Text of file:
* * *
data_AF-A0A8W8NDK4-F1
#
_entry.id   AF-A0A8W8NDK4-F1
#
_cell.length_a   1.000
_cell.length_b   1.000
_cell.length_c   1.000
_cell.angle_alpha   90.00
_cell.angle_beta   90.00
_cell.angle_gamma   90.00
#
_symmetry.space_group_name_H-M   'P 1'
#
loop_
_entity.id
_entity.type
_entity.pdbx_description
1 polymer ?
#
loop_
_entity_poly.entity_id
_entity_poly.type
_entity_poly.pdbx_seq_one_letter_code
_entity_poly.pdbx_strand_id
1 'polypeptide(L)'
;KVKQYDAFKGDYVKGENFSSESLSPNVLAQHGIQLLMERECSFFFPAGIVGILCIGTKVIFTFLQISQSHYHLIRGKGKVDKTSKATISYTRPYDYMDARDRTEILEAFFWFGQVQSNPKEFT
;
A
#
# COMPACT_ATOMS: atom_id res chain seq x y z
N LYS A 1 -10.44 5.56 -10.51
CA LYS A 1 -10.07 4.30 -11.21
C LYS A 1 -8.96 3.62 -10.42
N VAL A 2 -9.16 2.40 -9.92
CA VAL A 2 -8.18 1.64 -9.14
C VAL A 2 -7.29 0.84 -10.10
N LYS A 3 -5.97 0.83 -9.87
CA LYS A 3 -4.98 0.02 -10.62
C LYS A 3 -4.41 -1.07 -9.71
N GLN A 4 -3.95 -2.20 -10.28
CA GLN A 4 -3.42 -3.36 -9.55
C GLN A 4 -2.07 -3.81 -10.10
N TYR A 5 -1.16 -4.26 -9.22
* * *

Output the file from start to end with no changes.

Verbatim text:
data_AF-A0A8W8NDK4-F1
#
_entry.id   AF-A0A8W8NDK4-F1
#
_cell.length_a   1.000
_cell.length_b   1.000
_cell.length_c   1.000
_cell.angle_alpha   90.00
_cell.angle_beta   90.00
_cell.angle_gamma   90.00
#
_symmetry.space_group_name_H-M   'P 1'
#
loop_
_entity.id
_entity.type
_entity.pdbx_description
1 polymer ?
#
loop_
_entity_poly.entity_id
_entity_poly.type
_entity_poly.pdbx_seq_one_letter_code
_entity_poly.pdbx_strand_id
1 'polypeptide(L)'
;KVKQYDAFKGDYVKGENFSSESLSPNVLAQHGIQLLMERECSFFFPAGIVGILCIGTKVIFTFLQISQSHYHLIRGKGKVDKTSKATISYTRPYDYMDARDRTEILEAFFWFGQVQSNPKEFT
;
A
#
# COMPACT_ATOMS: atom_id res chain seq x y z
N LYS A 1 -10.44 5.56 -10.51
CA LYS A 1 -10.07 4.30 -11.21
C LYS A 1 -8.96 3.62 -10.42
N VAL A 2 -9.16 2.40 -9.92
CA VAL A 2 -8.18 1.64 -9.14
C VAL A 2 -7.29 0.84 -10.10
N LYS A 3 -5.97 0.83 -9.87
CA LYS A 3 -4.98 0.02 -10.62
C LYS A 3 -4.41 -1.07 -9.71
N GLN A 4 -3.95 -2.20 -10.28
CA GLN A 4 -3.42 -3.36 -9.55
C GLN A 4 -2.07 -3.81 -10.10
N TYR A 5 -1.16 -4.26 -9.22